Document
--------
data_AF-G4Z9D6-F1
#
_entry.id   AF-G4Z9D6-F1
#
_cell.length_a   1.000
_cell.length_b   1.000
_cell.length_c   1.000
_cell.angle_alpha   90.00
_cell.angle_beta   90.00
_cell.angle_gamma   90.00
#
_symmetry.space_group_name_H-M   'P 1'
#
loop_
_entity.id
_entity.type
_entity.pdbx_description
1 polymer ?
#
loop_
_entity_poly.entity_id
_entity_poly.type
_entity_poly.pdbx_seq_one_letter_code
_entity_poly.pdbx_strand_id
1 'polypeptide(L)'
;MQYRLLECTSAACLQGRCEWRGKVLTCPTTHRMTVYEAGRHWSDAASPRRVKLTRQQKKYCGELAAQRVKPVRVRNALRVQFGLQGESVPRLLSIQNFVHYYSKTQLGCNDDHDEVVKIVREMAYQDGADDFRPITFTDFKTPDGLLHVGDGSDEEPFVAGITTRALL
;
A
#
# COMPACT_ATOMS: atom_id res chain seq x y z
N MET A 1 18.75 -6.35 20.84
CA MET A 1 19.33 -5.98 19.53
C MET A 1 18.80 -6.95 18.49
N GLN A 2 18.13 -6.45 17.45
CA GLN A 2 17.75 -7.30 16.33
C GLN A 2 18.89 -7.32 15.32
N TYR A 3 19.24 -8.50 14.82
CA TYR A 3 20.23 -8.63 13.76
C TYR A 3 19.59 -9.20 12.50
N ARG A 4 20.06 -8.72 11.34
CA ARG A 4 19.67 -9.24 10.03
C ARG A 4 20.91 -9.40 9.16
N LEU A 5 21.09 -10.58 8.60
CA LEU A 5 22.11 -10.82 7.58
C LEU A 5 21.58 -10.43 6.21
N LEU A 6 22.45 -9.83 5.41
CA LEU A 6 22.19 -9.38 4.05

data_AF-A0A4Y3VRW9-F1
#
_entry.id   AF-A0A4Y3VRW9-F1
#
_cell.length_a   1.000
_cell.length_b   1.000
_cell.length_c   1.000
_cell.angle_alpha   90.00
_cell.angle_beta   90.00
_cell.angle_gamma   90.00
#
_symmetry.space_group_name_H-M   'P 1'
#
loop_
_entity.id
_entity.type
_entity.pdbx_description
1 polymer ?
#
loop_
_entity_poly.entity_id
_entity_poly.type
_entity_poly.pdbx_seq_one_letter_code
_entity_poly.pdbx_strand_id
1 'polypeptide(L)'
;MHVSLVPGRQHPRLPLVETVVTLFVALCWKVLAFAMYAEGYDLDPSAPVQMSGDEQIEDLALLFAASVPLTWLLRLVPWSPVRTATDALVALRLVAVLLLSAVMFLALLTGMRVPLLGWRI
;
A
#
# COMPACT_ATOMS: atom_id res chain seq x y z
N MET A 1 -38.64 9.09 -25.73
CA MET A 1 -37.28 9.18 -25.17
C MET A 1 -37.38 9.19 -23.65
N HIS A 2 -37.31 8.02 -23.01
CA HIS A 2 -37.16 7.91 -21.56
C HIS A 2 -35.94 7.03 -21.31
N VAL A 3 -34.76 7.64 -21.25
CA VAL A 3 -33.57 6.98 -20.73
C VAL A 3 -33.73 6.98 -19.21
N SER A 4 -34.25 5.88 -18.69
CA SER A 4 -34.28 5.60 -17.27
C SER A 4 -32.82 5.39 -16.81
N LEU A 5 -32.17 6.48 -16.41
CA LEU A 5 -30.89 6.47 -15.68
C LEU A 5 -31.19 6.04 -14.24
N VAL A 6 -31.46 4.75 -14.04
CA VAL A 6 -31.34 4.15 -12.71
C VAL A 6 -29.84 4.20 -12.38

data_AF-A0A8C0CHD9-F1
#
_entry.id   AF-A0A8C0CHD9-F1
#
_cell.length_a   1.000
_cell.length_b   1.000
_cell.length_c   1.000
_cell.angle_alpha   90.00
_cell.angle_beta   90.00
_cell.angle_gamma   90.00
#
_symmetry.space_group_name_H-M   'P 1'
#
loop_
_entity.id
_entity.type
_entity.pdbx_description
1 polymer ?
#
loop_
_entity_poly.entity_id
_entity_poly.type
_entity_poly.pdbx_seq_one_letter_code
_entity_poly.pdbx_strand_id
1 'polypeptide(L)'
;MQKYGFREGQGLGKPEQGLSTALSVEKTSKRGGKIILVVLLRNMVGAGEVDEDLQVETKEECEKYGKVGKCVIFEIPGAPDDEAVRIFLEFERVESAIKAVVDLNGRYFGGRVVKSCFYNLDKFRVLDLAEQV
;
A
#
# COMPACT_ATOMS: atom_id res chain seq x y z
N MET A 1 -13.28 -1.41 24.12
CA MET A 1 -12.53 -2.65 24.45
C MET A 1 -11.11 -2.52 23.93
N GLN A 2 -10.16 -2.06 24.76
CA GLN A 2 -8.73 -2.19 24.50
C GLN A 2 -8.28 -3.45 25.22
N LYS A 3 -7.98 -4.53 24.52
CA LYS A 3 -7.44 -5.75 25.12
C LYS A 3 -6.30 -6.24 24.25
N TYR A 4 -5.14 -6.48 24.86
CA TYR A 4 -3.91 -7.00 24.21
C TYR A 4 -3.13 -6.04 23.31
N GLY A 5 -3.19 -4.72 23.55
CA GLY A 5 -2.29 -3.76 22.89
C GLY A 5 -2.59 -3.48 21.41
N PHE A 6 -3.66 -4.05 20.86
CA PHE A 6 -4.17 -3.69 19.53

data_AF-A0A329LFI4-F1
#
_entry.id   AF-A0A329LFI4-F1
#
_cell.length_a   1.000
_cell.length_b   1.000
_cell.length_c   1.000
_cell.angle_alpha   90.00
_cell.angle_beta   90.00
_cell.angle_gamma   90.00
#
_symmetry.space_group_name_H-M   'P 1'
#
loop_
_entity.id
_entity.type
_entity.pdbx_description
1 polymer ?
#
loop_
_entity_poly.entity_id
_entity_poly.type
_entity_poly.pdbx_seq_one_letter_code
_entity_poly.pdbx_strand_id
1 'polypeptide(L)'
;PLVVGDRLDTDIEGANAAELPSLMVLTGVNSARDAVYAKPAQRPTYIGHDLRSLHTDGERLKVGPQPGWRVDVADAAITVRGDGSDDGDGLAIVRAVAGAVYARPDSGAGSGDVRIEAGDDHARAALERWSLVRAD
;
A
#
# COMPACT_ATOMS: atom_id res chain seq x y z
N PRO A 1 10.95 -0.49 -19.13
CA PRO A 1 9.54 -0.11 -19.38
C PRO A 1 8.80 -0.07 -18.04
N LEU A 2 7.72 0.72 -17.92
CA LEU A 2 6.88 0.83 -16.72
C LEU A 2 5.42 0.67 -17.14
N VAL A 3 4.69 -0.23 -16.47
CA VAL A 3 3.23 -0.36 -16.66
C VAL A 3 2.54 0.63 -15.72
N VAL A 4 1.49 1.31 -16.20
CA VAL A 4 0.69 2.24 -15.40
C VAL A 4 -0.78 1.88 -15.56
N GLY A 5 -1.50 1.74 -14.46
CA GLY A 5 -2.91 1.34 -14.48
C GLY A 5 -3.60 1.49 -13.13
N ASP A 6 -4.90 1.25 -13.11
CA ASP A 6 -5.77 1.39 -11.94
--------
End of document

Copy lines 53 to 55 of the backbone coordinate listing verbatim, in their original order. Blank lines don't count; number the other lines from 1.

_cell.length_b   1.000
_cell.length_c   1.000
_cell.angle_alpha   90.00